The neurocognition of conduct disorder behaviors: specificity to physical aggression and theft after controlling for ADHD symptoms

Authors

  • Edward D. Barker,

    Corresponding author
    1. Department of Psychological Sciences, Birkbeck College, University of London, London, United Kingdom
    • Department of Psychological Science, Birkbeck College, University of London, Malet Street, London WC1E 7HX, UK
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  • Richard E. Tremblay,

    1. Research Unit on Children's Psychosocial Maladjustment, Université de Montréal, Montréal, Québec, Canada
    2. Ste-Justine Hospital Research Center, Montréal, Canada
    3. School of Public Health, University College Dublin, Ireland
    4. International Laboratory for Child and Adolescent Mental Health Development, INSERM U669, France
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  • Pol A.C. van Lier,

    1. Department of Developmental Psychology, Vrije Universiteit Amsterdam, The Netherlands
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  • Frank Vitaro,

    1. Research Unit on Children's Psychosocial Maladjustment, Université de Montréal, Montréal, Québec, Canada
    2. School of Psychoeducation, Université de Montréal, Québec, Canada
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  • Daniel S. Nagin,

    1. Carnegie-Mellon University, Pittsburgh, Pennsylvania
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  • Jean-Marc Assaad,

    1. Research Unit on Children's Psychosocial Maladjustment, Université de Montréal, Montréal, Québec, Canada
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  • Jean R. Séguin

    1. Research Unit on Children's Psychosocial Maladjustment, Université de Montréal, Montréal, Québec, Canada
    2. Ste-Justine Hospital Research Center, Montréal, Canada
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Abstract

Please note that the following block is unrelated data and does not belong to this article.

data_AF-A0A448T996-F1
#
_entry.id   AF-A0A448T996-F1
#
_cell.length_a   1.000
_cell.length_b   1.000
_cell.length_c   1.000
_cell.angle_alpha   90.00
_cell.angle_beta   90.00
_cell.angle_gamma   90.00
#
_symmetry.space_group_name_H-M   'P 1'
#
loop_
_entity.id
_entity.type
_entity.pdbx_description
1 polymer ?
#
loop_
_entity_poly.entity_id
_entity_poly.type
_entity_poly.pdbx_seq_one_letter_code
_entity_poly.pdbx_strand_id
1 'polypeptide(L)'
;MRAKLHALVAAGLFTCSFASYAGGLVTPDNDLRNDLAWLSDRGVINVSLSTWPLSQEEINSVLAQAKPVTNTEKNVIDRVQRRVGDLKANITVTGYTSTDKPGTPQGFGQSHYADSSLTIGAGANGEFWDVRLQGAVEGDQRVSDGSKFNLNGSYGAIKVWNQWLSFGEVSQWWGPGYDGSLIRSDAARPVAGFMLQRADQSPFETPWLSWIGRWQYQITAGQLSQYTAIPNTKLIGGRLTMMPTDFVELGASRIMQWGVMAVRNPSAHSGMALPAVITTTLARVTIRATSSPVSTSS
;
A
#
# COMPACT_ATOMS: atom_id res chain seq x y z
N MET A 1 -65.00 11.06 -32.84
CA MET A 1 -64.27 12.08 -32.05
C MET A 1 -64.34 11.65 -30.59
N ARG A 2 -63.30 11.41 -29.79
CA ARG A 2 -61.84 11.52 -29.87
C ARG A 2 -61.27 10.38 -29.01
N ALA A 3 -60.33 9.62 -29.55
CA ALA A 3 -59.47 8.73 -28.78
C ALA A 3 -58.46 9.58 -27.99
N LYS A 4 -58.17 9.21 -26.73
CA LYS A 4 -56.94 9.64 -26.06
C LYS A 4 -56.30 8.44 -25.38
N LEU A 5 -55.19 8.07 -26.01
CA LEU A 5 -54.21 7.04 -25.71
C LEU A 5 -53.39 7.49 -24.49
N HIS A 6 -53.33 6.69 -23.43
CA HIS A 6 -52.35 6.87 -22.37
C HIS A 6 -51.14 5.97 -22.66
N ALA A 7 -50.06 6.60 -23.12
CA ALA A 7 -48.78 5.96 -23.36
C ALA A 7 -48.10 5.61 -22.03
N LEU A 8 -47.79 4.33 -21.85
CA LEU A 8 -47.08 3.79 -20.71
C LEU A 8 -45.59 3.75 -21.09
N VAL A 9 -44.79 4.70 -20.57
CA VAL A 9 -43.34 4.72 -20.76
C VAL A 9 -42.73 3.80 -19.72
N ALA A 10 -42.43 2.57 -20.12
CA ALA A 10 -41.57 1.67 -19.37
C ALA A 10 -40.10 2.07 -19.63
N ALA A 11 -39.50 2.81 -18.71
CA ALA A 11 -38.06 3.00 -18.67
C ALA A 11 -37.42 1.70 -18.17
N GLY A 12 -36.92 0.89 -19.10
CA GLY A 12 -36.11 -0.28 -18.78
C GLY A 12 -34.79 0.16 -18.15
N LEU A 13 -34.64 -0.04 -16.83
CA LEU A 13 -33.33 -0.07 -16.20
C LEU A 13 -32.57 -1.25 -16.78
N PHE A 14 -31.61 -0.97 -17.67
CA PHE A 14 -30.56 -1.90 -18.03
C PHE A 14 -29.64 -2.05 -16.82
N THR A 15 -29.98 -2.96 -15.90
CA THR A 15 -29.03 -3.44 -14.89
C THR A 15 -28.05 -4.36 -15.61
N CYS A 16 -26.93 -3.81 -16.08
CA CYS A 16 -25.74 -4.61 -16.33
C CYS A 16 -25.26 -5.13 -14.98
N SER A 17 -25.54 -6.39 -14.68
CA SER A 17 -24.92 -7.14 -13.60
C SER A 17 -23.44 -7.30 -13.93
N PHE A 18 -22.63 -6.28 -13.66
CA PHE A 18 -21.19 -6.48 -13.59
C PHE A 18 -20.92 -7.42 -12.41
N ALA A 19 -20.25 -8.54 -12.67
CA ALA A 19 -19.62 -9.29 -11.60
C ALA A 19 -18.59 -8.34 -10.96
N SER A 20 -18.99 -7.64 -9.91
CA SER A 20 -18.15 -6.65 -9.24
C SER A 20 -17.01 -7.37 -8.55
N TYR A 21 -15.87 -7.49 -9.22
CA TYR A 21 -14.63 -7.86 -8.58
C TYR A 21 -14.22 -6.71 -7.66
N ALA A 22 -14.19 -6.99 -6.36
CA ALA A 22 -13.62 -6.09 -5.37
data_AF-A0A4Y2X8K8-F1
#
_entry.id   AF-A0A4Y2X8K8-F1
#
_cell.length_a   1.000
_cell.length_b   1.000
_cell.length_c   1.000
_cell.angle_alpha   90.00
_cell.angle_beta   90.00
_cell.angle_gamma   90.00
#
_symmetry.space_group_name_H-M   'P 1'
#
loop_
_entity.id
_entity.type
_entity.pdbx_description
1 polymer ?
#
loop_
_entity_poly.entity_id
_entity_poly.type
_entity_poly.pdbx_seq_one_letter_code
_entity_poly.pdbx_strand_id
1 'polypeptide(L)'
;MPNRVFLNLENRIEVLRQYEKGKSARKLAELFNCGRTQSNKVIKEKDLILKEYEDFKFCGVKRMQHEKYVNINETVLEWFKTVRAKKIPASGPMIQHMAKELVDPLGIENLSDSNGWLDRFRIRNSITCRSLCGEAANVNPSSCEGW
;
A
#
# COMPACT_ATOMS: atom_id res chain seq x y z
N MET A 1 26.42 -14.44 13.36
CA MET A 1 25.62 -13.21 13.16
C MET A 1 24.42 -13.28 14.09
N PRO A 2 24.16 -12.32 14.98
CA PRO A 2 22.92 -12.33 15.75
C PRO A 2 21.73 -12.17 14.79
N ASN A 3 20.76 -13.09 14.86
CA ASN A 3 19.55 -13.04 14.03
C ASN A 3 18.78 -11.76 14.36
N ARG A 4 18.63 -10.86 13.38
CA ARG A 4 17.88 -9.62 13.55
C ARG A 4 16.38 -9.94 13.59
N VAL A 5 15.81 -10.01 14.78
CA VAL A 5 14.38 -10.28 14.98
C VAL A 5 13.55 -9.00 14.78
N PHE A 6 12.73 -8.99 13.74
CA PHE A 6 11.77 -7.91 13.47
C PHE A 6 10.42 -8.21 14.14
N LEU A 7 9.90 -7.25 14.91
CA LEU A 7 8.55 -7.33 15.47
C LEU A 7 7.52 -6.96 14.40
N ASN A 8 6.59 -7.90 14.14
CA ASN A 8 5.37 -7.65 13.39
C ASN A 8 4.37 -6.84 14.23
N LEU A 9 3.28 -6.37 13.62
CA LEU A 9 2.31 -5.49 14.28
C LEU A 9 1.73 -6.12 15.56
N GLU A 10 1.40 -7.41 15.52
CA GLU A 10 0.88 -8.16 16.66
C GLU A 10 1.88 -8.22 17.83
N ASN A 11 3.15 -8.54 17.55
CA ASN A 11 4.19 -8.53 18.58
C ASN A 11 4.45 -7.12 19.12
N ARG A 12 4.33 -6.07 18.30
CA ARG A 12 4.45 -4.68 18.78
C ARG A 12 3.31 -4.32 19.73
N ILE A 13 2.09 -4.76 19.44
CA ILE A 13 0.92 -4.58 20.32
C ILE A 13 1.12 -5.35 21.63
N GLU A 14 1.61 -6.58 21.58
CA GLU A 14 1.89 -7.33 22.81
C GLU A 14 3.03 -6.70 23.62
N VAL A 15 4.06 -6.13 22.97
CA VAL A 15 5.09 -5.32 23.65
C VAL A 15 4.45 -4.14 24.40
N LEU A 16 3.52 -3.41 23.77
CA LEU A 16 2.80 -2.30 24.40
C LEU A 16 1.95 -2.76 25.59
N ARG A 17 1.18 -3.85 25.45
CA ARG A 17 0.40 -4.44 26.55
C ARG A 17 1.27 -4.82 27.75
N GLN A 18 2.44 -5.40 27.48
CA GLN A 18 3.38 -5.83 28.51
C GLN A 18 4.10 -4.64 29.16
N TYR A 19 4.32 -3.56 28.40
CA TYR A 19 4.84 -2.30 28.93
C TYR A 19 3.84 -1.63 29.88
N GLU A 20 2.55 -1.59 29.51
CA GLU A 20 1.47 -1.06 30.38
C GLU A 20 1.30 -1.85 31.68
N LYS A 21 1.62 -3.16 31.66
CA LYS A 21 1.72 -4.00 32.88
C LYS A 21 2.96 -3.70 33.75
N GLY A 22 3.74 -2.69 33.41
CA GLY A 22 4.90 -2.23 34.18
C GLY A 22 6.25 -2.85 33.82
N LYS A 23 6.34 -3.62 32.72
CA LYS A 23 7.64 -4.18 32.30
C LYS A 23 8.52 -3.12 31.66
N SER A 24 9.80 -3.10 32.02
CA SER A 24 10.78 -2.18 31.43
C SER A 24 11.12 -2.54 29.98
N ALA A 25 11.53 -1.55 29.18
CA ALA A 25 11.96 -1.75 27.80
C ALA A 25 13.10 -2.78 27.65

There is growing evidence that among the different conduct disorder (CD) behaviors, physical aggression, but not theft, links to low neurocognitive abilities. Specifically, physical aggression has consistently been found to be negatively related to neurocognitive abilities, whereas theft has been shown to be either positively or not related to neurocognition. The specificity of these links needs further examination because attention deficit hyperactivity disorder (ADHD) links to both physical aggression and neurocognitive variation. The development of self-reported physical aggression and theft, from age 11 to 17 years, was studied in a prospective at-risk male cohort via a dual process latent growth curve model. Seven neurocognitive tests at age 20 were regressed on the growth parameters of physical aggression and theft. The links between neurocognition and the growth parameters of physical aggression and theft were adjusted for ADHD symptoms at ages 11 and 15 (parent, child and teacher reports). Results indicated that verbal abilities were negatively related to physical aggression while they were positively associated with theft. However, inductive reasoning was negatively associated with increases in theft across adolescence. Symptoms of ADHD accounted for part of the neurocognitive test links with physical aggression but did not account for the associations with theft. These differences emphasize the importance of examining specific CD behaviors to better understand their neurodevelopmental mechanisms. They also suggest that youth who engage in different levels of physical aggression or theft behaviors may require different preventive and corrective interventions. Aggr. Behav. 37:63–72, 2011. © 2010 Wiley-Liss, Inc.

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